... The non-Markovian feature of the droplet dynamics gives rise to behavior that might be mistakenly inferred to be spatially non-local if the influence of the wave field is not adequately resolved 24 . Of particular interest, here is the hydrodynamic analog of unpredictable quantum tunneling 37 , as has been demonstrated both experimentally 38,39 and numerically 40,41 . ...

Superradiance occurs in quantum optics when the emission rate of photons from multiple atoms is enhanced by inter-atom interactions. When the distance between two atoms is comparable to the emission wavelength, the atoms become entangled and their emission rate varies sinusoidally with their separation distance due to quantum interference. We here explore a theoretical model of pilot-wave hydrodynamics, wherein droplets self-propel on the surface of a vibrating bath. When a droplet is confined to a pair of hydrodynamic cavities between which it may transition unpredictably, in certain instances the system constitutes a two-level system with well-defined ground and excited states. When two such two-level systems are coupled through an intervening cavity, the probability of transition between states may be enhanced or diminished owing to the wave-mediated influence of its neighbour. Moreover, the tunneling probability varies sinusoidally with the coupling-cavity length. We thus establish a classical analog of quantum superradiance. Pilot-wave hydrodynamics has been employed to design classical analogues of various quantum phenomena. Here, coupling between two liquid droplets is reported to show qualitative similarities to superradiance of a coupled 2-atom system.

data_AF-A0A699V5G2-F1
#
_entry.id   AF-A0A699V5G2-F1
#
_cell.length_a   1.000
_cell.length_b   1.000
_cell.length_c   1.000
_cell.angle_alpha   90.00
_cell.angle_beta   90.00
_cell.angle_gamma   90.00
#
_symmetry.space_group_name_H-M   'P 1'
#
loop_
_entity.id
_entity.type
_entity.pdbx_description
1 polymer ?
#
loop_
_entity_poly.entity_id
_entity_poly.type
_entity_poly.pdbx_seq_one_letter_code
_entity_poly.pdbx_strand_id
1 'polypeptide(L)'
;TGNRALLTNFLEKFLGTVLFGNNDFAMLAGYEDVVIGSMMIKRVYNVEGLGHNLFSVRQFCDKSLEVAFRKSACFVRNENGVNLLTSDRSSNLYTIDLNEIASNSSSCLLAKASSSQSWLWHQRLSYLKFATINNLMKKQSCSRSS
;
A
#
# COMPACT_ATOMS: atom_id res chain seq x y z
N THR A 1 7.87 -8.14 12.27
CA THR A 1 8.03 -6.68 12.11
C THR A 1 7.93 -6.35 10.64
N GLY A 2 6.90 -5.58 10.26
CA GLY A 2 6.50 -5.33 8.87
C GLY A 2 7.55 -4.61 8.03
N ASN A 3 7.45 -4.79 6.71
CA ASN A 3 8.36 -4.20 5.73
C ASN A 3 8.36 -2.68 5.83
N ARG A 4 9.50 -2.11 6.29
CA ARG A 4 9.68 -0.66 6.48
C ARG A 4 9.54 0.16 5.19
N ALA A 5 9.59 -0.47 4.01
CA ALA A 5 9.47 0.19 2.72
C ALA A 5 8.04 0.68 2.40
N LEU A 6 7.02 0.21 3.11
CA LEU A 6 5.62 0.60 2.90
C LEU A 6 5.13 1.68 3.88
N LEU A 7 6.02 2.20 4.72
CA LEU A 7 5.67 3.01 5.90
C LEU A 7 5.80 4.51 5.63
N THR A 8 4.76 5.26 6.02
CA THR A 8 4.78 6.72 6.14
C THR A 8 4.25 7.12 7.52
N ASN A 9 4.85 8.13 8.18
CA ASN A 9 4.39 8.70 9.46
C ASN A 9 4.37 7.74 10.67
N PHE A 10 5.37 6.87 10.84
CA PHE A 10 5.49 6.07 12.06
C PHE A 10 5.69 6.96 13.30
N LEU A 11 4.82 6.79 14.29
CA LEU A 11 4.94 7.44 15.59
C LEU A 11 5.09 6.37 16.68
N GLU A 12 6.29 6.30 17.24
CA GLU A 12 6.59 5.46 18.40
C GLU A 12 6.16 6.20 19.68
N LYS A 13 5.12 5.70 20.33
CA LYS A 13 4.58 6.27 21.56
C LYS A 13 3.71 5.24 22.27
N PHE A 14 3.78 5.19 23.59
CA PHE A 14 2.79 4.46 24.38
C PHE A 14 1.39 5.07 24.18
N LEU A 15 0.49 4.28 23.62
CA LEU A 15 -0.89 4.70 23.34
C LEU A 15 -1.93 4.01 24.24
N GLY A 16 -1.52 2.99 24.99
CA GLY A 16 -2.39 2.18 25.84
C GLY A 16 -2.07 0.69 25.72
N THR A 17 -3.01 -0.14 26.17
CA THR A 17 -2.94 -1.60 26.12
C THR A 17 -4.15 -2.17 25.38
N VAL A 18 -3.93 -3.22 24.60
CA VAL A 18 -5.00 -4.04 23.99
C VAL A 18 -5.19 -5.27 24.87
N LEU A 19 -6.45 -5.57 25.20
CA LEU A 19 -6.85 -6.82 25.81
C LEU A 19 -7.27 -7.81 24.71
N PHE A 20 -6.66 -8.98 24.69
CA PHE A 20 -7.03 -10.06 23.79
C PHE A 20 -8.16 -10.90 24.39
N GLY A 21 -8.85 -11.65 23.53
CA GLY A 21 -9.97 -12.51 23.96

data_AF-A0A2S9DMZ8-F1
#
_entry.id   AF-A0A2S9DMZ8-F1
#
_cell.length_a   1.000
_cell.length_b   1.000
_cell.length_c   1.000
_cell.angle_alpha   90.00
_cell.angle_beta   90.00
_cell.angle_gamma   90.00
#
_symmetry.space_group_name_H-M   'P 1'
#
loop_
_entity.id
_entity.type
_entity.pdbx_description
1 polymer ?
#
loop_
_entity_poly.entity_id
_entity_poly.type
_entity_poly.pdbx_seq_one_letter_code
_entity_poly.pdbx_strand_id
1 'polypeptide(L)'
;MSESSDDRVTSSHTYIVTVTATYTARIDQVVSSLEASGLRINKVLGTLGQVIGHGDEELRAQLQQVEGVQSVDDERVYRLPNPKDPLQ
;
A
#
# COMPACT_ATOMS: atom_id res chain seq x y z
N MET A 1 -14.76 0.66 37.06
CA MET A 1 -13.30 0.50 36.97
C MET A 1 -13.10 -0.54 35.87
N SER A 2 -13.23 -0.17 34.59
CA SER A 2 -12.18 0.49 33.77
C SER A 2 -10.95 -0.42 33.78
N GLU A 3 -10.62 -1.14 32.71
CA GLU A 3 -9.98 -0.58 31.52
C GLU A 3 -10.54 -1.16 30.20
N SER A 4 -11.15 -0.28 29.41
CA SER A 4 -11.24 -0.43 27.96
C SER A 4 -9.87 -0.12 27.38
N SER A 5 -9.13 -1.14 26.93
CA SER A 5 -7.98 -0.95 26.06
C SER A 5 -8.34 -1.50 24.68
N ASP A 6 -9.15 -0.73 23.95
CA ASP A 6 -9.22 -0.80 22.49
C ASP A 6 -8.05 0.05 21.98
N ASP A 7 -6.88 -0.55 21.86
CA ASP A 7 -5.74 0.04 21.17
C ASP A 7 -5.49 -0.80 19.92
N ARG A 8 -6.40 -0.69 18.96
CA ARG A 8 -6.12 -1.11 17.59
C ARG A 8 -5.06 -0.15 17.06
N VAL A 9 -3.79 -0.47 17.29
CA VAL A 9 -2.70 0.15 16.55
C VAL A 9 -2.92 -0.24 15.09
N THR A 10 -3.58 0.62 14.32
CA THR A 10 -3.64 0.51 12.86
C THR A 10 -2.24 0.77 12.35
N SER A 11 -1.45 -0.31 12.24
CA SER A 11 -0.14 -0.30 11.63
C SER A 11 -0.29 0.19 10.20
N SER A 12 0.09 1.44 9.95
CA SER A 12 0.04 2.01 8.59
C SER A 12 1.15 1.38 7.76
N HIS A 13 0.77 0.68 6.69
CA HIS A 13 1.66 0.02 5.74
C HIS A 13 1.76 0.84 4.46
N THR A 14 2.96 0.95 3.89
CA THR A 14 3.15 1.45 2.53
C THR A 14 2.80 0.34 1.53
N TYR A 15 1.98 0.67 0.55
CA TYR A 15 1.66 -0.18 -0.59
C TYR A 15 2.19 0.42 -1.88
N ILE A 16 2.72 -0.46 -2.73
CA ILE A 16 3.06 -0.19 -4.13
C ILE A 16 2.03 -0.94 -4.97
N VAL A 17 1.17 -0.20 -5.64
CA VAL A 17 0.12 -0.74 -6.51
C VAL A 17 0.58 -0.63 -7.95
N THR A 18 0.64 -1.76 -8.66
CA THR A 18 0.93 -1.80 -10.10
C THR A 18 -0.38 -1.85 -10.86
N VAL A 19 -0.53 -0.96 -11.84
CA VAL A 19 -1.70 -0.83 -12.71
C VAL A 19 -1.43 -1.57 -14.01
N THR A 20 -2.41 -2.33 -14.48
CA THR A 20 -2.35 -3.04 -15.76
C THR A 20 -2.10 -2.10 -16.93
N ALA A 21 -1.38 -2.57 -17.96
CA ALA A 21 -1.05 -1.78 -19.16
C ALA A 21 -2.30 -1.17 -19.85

... The droplet thus navigates a potential landscape of its own making. This non-Markovian feature of the droplet dynamics gives rise to behavior that might be mistakenly inferred to be spatially non-local if the influence of the wave-field is not adequately resolved [19] Of particular interest here is the hydrodynamic analog of unpredictable quantum tunneling [26], as has been demonstrated both experimentally [27,28] and numerically [29,30]. ...

Superradiance and subradiance occur in quantum optics when the emission rate of photons from multiple atoms is enhanced and diminished, respectively, owing to interaction between neighboring atoms. We here demonstrate a classical analog thereof in a theoretical model of droplets walking on a vibrating bath. Two droplets are confined to identical two-level systems, a pair of wells between which the drops may tunnel, joined by an intervening coupling cavity. The resulting classical superradiance is rationalized in terms of the system's non-Markovian, pilot-wave dynamics.